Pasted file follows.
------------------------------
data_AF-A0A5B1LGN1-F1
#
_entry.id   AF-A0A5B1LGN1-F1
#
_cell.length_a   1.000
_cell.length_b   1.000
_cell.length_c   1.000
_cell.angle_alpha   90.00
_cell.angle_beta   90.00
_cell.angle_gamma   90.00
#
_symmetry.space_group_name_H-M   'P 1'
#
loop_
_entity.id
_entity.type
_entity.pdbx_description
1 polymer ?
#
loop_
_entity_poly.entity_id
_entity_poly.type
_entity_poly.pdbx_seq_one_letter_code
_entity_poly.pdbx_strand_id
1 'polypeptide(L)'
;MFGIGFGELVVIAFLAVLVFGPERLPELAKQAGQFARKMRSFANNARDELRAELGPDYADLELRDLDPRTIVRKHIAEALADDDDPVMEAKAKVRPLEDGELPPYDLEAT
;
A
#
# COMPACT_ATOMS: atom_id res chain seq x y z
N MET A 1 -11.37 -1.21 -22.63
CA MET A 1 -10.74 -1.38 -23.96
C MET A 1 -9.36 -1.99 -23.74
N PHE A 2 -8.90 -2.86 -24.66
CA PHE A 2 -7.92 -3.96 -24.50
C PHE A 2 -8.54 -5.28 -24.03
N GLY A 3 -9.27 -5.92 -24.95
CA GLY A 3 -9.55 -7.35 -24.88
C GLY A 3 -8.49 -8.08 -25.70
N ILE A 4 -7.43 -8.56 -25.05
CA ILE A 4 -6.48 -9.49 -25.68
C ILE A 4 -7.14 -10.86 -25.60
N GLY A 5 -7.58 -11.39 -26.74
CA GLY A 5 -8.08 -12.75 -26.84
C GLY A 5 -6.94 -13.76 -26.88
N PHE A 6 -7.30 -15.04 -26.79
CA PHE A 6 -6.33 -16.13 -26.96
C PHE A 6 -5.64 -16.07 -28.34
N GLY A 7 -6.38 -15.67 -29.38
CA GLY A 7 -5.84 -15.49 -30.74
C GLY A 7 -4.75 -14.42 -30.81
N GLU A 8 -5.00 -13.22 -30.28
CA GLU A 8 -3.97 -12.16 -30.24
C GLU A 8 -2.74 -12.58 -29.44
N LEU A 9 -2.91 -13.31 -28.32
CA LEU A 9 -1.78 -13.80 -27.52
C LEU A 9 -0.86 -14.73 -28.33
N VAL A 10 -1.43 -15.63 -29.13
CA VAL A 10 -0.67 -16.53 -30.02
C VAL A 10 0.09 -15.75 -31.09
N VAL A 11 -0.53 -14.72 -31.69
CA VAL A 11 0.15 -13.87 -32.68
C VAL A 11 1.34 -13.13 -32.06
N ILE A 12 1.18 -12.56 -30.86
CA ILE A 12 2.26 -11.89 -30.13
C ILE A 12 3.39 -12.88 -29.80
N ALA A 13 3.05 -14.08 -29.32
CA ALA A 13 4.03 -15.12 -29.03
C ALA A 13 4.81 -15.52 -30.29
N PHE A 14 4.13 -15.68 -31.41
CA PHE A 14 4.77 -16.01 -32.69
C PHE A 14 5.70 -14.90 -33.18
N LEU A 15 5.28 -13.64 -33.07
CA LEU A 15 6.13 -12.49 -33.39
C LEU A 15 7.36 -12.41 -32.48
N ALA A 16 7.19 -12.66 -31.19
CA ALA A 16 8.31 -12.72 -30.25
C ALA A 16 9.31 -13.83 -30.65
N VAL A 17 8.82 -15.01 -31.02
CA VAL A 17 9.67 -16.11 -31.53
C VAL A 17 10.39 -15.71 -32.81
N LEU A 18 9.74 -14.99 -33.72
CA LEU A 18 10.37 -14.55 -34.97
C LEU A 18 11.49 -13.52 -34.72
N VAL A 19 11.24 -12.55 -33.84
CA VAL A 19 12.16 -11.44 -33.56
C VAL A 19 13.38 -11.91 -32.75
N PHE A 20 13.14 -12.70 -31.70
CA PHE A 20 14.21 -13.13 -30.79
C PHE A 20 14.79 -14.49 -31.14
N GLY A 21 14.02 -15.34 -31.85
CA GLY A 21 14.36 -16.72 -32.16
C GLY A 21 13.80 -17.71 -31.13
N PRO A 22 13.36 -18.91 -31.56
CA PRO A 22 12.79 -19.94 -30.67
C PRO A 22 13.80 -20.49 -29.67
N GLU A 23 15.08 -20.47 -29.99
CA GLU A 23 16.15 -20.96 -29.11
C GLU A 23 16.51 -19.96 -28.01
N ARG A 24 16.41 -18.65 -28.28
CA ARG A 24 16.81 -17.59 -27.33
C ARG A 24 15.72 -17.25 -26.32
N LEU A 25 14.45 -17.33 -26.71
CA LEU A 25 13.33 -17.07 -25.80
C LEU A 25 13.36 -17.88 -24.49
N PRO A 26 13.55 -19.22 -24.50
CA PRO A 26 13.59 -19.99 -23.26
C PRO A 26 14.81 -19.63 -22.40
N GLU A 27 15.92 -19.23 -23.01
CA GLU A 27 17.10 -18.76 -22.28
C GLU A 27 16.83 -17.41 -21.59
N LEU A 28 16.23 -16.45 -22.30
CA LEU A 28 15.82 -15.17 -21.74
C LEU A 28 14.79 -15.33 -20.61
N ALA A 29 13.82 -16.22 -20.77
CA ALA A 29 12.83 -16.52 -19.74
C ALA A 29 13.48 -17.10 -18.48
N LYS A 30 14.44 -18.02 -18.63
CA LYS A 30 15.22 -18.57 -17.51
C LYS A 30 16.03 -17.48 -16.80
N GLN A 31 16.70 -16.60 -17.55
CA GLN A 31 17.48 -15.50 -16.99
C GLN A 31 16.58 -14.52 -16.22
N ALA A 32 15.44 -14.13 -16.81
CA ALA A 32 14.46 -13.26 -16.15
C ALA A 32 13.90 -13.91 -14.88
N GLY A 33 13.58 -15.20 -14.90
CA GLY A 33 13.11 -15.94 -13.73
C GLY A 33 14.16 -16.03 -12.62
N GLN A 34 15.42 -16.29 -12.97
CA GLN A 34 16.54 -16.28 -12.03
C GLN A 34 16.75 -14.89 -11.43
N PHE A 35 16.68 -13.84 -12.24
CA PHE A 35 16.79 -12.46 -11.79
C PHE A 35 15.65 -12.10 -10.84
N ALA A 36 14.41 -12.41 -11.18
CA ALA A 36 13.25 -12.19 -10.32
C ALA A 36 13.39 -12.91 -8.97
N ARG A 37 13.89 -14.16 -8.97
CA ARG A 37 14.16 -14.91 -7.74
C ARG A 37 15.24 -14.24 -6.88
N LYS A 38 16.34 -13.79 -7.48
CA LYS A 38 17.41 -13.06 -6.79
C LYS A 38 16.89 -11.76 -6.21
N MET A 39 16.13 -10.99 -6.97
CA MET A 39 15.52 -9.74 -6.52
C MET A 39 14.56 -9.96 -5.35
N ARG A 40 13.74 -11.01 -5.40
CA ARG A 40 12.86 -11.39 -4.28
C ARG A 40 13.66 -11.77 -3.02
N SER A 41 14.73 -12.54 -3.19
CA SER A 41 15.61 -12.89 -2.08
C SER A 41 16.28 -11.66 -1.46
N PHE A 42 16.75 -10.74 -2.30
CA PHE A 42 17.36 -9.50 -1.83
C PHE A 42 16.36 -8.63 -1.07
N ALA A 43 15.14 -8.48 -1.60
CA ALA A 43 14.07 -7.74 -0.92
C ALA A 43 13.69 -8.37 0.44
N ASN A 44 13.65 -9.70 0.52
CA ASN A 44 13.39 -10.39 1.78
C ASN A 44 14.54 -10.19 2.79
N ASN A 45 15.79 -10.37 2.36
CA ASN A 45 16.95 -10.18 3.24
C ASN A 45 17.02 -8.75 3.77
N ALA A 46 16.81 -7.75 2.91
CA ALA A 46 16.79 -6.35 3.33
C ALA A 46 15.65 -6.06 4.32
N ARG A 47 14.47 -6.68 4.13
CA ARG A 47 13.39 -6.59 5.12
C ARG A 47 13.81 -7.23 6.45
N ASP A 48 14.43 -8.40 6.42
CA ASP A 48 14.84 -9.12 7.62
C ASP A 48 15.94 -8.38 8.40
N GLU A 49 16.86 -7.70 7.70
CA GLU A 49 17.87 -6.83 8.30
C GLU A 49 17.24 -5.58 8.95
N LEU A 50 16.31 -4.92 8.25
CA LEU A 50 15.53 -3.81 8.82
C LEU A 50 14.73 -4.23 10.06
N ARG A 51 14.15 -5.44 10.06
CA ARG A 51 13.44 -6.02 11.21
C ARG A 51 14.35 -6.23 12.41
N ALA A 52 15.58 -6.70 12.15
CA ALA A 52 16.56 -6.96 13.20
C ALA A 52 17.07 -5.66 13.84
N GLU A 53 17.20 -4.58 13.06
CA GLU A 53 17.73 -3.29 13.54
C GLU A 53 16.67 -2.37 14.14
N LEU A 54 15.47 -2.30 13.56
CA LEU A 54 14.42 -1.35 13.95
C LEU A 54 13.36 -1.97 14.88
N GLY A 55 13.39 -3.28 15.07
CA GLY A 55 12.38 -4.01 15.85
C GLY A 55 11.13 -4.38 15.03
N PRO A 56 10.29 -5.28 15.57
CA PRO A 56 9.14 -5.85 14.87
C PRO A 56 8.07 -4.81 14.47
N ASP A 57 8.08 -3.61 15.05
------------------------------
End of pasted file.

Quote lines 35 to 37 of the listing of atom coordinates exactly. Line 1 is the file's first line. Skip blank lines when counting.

CA PHE A 2 -7.92 -3.96 -24.50
C PHE A 2 -8.54 -5.28 -24.03
N GLY A 3 -9.27 -5.92 -24.95